1958: “16 Candles” by The Crests entered the Billboard singles charts. It later became the group’s first and biggest hit record, reaching #2 on the pop charts, and #4 on the R&B chart.
1958: Richie Valens’ second single from his self-titled debut album, “Donna” back with “La Bamba,” entered the Billboard pop singles chart. The A-side became Valens’ first top 10 hit, reaching #2 on both the Billboard and Cash Box charts.
1961: Chicago blues legend Howlin’ Wolf made his first appearance in the UK for his first European tour, promoting his latest single, “Little Baby.”
1964: The Who, previously known as “The High Numbers,” performed their first gig under their new name at London’s Marquee Club, kicking off a 16-week residency at the venue.
1966: With touring behind them, the Beatles began work on their eighth album, Sgt. Pepper’s Lonely Hearts Club Band, keen to utilize the recording studio to its fullest potential. The first song recorded was John Lennon’s “Strawberry Fields Forever,” which later incorporated vocal and instrumental overdubs and speed-altering tape effects.
1973: Ringo Starr achieved his first solo #1 single in the US with “Photograph,” a song he’d co-written with fellow Beatles bandmate George Harrison and the only song officially credited to the pair. The record was Starr’s third top 10 hit in the UK, reaching #8.
1974: As the newly-formed Jefferson Starship wrapped up their 1974 tour at San Francisco’s Winterland Ballroom, former Jefferson Airplane member Marty Balin, who had disassociated himself from the band in 1971, joined them onstage to sing “Caroline,” a song Balin had written with Paul Kantner earlier that year. By the following year, Balin had joined the group with his old bandmates and their next LP, Red Octopus, later became the group’s only to reach #1.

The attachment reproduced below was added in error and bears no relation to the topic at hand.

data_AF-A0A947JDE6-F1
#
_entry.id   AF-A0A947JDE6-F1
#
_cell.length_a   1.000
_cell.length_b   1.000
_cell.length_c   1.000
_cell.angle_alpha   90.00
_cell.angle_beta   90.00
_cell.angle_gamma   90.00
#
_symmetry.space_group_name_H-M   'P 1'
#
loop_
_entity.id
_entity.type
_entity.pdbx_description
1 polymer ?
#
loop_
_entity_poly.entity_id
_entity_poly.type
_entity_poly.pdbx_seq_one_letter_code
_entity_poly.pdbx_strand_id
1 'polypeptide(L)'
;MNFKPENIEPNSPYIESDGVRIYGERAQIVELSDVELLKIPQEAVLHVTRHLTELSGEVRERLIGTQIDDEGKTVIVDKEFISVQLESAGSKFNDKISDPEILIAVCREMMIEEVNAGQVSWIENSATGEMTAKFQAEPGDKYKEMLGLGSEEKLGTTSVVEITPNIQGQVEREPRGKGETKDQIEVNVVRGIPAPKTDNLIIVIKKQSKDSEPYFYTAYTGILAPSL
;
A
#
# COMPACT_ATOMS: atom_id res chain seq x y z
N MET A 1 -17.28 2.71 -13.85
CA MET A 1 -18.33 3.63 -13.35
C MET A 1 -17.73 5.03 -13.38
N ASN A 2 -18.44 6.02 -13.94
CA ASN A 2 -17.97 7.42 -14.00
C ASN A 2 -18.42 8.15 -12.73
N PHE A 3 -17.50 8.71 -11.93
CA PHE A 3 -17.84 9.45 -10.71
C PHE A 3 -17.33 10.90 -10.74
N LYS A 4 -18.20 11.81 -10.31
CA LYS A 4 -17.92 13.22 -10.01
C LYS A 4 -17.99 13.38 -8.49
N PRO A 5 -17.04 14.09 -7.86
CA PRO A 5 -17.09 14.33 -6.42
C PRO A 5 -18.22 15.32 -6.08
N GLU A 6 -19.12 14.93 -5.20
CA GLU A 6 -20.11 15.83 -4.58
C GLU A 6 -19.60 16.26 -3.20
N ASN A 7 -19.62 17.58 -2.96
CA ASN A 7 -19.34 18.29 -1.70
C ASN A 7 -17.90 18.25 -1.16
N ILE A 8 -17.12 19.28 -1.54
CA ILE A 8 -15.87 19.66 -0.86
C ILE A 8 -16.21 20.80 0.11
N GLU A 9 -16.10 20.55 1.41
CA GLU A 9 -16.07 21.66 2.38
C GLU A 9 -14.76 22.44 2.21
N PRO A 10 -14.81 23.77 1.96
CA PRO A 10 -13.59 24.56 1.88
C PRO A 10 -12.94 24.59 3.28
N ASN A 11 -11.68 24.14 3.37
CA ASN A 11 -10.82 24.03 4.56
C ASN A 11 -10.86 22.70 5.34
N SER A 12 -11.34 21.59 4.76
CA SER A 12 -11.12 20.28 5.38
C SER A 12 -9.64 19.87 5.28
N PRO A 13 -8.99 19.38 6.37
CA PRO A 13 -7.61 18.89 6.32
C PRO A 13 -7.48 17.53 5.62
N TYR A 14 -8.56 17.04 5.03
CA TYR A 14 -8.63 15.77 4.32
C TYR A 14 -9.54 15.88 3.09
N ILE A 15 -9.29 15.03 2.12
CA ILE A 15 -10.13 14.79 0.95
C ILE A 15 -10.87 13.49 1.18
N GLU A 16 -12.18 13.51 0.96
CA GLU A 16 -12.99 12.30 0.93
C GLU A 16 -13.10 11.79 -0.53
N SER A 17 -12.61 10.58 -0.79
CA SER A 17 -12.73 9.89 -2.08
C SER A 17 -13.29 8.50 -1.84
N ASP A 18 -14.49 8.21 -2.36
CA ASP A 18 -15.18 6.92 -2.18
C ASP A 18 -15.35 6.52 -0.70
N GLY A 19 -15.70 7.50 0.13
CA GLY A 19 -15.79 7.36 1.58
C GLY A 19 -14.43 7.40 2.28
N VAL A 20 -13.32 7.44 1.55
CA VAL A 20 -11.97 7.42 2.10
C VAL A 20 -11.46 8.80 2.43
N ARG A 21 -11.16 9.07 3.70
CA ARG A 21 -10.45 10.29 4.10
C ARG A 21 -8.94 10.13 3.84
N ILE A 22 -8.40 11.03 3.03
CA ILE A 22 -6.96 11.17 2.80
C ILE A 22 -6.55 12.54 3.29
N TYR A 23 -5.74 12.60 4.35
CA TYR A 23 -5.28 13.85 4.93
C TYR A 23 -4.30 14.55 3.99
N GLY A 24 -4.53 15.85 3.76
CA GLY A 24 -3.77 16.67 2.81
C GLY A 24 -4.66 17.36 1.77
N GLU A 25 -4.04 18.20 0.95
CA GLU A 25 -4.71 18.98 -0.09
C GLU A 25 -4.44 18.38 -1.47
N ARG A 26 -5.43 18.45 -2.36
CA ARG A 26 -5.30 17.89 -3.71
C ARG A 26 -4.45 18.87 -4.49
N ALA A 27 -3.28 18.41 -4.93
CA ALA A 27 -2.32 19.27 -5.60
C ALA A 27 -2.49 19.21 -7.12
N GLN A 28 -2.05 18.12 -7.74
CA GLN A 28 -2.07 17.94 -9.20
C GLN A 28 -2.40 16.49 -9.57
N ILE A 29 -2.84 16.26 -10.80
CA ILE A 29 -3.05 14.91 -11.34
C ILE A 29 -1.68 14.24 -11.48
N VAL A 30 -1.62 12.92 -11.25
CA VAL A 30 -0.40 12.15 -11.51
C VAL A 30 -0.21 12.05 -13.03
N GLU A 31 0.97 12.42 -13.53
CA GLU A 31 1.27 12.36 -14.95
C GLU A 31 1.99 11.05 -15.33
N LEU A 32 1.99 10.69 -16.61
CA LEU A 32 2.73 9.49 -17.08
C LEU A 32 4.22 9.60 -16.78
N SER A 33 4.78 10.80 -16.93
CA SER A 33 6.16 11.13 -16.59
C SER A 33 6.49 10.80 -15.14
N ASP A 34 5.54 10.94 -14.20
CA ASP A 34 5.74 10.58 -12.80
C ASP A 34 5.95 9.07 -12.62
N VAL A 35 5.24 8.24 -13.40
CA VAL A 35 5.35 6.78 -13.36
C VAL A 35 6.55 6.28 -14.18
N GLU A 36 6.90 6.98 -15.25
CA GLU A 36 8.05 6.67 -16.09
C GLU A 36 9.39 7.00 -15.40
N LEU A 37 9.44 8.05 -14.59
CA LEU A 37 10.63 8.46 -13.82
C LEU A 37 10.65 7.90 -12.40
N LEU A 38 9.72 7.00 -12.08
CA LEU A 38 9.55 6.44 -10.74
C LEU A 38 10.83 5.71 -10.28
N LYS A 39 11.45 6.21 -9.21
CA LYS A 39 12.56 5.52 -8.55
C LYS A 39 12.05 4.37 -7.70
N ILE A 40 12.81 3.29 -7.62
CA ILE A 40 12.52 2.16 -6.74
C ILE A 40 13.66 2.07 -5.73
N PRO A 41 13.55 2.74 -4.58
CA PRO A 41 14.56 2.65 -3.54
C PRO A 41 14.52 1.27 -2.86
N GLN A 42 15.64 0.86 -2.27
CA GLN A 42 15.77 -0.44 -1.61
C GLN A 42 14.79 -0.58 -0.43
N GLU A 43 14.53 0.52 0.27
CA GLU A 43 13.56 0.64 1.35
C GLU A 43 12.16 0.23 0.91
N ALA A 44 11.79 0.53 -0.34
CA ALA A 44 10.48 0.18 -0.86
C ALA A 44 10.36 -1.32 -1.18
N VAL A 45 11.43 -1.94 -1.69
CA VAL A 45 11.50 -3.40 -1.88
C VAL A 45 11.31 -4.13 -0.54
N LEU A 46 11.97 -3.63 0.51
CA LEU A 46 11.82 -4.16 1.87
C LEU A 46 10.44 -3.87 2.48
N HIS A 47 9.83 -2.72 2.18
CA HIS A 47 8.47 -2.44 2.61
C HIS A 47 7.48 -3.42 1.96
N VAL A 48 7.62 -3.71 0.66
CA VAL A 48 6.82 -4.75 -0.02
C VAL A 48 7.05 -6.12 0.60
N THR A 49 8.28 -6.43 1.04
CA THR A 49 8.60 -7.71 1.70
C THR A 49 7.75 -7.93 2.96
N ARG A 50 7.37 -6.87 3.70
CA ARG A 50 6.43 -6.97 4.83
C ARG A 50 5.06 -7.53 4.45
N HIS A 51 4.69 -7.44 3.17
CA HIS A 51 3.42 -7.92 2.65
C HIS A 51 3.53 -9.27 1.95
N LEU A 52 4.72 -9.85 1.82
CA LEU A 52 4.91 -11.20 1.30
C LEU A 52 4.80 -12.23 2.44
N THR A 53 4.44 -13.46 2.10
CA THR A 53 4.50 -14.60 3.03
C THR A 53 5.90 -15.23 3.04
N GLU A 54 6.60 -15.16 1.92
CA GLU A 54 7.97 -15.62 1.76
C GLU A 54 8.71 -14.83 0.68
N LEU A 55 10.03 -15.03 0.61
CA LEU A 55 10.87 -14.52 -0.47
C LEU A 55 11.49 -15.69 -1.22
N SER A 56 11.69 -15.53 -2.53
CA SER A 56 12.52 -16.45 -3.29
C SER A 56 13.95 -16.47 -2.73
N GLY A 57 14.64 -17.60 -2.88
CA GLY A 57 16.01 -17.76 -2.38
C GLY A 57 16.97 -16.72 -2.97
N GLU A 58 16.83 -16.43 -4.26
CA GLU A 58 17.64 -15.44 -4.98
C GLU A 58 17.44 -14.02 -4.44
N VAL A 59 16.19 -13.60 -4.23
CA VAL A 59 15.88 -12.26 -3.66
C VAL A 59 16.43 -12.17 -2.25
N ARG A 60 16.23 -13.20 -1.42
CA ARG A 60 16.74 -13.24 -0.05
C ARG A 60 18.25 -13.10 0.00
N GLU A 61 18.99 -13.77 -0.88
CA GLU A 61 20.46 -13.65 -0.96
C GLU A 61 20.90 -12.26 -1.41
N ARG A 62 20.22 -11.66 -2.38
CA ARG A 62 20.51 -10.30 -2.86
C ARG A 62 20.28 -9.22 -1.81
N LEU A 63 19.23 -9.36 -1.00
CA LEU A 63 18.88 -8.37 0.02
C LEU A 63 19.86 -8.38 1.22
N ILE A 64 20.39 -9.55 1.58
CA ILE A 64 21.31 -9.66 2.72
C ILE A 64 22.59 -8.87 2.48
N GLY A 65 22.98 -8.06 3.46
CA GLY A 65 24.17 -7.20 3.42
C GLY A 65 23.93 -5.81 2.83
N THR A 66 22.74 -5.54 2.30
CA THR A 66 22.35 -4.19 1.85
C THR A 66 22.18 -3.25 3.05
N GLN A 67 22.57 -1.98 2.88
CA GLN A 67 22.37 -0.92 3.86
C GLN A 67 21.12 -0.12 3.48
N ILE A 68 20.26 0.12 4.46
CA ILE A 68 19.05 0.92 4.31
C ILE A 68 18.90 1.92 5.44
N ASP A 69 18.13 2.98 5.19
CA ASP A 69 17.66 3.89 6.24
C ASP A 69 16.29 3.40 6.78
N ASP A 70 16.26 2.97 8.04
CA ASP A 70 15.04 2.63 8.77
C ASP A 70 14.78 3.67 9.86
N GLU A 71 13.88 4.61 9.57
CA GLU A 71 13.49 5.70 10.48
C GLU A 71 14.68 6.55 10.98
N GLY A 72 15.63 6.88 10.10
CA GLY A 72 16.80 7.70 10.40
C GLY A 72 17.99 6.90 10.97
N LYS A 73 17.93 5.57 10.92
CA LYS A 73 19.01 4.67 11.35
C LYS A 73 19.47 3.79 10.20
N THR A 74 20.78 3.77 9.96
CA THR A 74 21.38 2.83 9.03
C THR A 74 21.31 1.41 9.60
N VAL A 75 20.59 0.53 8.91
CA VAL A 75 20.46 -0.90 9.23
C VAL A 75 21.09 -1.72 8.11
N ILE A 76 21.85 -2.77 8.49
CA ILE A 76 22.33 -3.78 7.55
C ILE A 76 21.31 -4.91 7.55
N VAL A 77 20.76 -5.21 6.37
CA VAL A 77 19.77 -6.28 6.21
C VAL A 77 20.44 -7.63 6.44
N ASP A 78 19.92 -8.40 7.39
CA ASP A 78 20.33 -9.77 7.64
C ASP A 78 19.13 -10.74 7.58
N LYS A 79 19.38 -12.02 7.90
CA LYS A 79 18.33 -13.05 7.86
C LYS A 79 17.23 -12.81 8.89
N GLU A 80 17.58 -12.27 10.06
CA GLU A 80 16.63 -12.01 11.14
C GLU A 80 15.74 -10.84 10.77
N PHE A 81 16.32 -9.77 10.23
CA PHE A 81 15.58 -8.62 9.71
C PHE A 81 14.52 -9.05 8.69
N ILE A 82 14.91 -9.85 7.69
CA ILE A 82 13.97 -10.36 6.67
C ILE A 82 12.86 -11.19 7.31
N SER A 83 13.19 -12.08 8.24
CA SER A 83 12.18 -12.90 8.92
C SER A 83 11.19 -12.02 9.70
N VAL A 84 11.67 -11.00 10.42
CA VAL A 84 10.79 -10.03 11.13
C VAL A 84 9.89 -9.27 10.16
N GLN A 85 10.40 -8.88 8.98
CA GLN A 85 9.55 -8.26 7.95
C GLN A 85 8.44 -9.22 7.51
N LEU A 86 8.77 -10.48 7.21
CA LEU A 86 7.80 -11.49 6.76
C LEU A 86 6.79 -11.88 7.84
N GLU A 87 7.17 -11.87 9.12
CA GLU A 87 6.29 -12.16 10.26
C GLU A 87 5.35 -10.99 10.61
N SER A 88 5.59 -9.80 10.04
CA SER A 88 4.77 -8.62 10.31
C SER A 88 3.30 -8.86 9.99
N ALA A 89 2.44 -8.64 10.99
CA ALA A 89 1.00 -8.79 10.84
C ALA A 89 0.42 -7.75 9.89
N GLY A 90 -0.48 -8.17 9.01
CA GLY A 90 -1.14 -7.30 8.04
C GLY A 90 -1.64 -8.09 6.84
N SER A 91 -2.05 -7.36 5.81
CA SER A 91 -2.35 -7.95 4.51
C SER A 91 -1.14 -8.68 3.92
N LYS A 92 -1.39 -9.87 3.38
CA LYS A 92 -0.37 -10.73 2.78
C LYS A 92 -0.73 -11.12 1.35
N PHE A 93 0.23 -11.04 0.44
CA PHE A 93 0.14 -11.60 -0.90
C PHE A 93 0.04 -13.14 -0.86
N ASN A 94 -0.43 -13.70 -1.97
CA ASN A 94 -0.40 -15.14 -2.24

1975: An article in Newsweek Magazine about the sinking of American shipping freighter the SS Edmund Fitzgerald in Lake Superior during a storm inspired Canadian singer-songwriter Gordon Lightfoot to write “The Wreck of the Edmund Fitzgerald.” Released three years later, the song topped the Canadian charts, reached #1 on the US Cash Box chart, and #2 on the Billboard Hot 100, making it Lightfoot’s second most successful single behind “Sundown.” Lightfoot reportedly considers the song to be his finest work.
Tommy Allsup, session guitarist and member of Buddy Holly’s “touring” Crickets, who also worked with Bob Willis, Ritchie Valens, the Big Bopper, Roy Orbison, and Willie Nelson, was born in Owasso, OK in 1931.
Jim Yester, guitarist, vocalist, and keyboardist with The Association, was born in Birmingham, AL in 1939.
Donald “Duck” Dunn, bassist and session musician for Stax Records house band Booker T. and the M.G.’s, who played on thousands of records by countless artists, was born in Memphis, TN in 1941.
Pete Best, first drummer for the Beatles from 1960-1962, who later started the Pete Best Band in 1988 with younger brother Roag, was born Randolph Peter Scanland in Madras, India in 1941.
Richard Tee, pianist, studio musician, singer, arranger, and solo artist who has several hundred studio credits, including singles by artists such as Peter Gabriel, Paul Simon, Bill Withers, the O’Jays, George Harrison, Billy Joel, was born Richard Ten Ryk in Brooklyn, NY in 1943.
Robin Williamson, multi-instrumentalist, singer, songwriter, and founding member of the Incredible String Band, was born in Edinburgh, Scotland in 1943.
Lee Michaels, singer, songwriter, keyboardist, and organist, was born Michael Olsen in Los Angeles, CA in 1945.
Clem Burke, drummer for Blondie, who has also played with such groups as the Romantics, Pete Townshend, Eurythmics, Dramarama, the Fleshtones, Iggy Pop, Joan Jett, and the Ramones, was born Clement Bozewski in Bayonne, NJ in 1954.